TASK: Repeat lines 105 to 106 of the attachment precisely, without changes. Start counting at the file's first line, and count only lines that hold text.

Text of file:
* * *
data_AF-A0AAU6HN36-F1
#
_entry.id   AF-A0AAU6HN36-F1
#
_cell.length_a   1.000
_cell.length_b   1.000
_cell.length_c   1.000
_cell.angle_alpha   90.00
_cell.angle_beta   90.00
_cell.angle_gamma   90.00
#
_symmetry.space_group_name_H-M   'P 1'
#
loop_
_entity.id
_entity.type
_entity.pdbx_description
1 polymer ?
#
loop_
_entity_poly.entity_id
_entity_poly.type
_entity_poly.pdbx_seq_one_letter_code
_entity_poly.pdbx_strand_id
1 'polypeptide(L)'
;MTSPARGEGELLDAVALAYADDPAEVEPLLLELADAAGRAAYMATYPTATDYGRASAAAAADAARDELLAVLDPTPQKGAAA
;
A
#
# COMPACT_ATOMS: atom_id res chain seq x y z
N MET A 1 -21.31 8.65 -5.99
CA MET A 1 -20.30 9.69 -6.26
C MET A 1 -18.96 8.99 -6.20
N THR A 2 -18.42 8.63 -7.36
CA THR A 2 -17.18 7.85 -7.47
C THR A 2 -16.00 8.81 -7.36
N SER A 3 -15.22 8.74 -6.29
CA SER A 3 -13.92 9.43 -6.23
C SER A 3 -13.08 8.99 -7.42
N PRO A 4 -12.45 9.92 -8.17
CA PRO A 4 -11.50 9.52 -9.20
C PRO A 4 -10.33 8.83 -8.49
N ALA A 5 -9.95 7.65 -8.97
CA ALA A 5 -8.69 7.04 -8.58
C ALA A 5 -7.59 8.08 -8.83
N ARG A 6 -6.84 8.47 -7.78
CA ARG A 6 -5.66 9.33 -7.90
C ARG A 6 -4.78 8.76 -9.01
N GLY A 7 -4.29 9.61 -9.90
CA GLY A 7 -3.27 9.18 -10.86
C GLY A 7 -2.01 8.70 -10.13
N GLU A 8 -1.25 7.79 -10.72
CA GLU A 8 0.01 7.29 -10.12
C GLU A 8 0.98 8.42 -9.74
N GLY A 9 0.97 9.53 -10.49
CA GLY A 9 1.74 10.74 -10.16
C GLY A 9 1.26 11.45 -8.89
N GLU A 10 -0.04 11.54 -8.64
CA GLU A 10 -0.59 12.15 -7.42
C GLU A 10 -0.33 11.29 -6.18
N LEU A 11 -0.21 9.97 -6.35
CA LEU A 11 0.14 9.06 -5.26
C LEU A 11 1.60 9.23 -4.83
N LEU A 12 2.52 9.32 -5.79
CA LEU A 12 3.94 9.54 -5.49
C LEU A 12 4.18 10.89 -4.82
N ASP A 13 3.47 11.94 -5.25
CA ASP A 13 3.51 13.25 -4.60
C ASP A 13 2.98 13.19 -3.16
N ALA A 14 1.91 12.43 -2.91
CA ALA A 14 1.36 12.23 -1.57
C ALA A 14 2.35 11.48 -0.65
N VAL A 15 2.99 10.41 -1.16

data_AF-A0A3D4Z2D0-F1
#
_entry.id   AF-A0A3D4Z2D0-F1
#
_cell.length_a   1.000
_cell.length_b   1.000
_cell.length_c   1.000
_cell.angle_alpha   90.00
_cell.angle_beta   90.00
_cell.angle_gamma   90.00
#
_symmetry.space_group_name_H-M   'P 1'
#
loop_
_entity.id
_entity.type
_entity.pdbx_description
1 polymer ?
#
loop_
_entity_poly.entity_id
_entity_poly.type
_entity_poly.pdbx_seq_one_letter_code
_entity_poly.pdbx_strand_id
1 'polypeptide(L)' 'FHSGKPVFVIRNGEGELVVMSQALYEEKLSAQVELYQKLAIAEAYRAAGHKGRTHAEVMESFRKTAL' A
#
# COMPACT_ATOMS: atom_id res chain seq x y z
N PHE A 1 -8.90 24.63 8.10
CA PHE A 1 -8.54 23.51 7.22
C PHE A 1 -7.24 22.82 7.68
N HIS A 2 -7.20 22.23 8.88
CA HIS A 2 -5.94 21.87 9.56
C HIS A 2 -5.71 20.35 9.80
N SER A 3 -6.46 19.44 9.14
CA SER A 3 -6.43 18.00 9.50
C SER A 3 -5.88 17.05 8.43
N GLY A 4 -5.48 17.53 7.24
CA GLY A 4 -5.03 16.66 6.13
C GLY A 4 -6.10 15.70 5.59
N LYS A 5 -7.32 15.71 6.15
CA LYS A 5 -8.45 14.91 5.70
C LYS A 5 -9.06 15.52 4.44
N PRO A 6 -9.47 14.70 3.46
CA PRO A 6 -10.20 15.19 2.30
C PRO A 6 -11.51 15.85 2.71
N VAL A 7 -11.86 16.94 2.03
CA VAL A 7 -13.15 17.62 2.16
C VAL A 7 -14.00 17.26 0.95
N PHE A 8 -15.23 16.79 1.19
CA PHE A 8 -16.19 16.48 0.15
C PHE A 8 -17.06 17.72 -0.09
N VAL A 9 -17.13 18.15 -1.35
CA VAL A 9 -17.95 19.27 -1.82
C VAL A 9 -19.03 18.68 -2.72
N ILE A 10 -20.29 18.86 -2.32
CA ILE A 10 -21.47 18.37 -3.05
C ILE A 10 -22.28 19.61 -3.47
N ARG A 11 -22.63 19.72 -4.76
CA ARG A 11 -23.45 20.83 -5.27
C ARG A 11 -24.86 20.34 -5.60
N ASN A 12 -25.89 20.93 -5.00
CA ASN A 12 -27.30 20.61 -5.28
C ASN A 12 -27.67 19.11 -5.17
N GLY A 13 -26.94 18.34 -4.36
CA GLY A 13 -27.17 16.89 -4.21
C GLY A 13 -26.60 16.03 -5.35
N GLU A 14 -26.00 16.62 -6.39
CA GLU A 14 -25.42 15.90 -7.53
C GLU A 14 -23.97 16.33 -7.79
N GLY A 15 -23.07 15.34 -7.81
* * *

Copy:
CA HIS A 2 -5.94 21.87 9.56
C HIS A 2 -5.71 20.35 9.80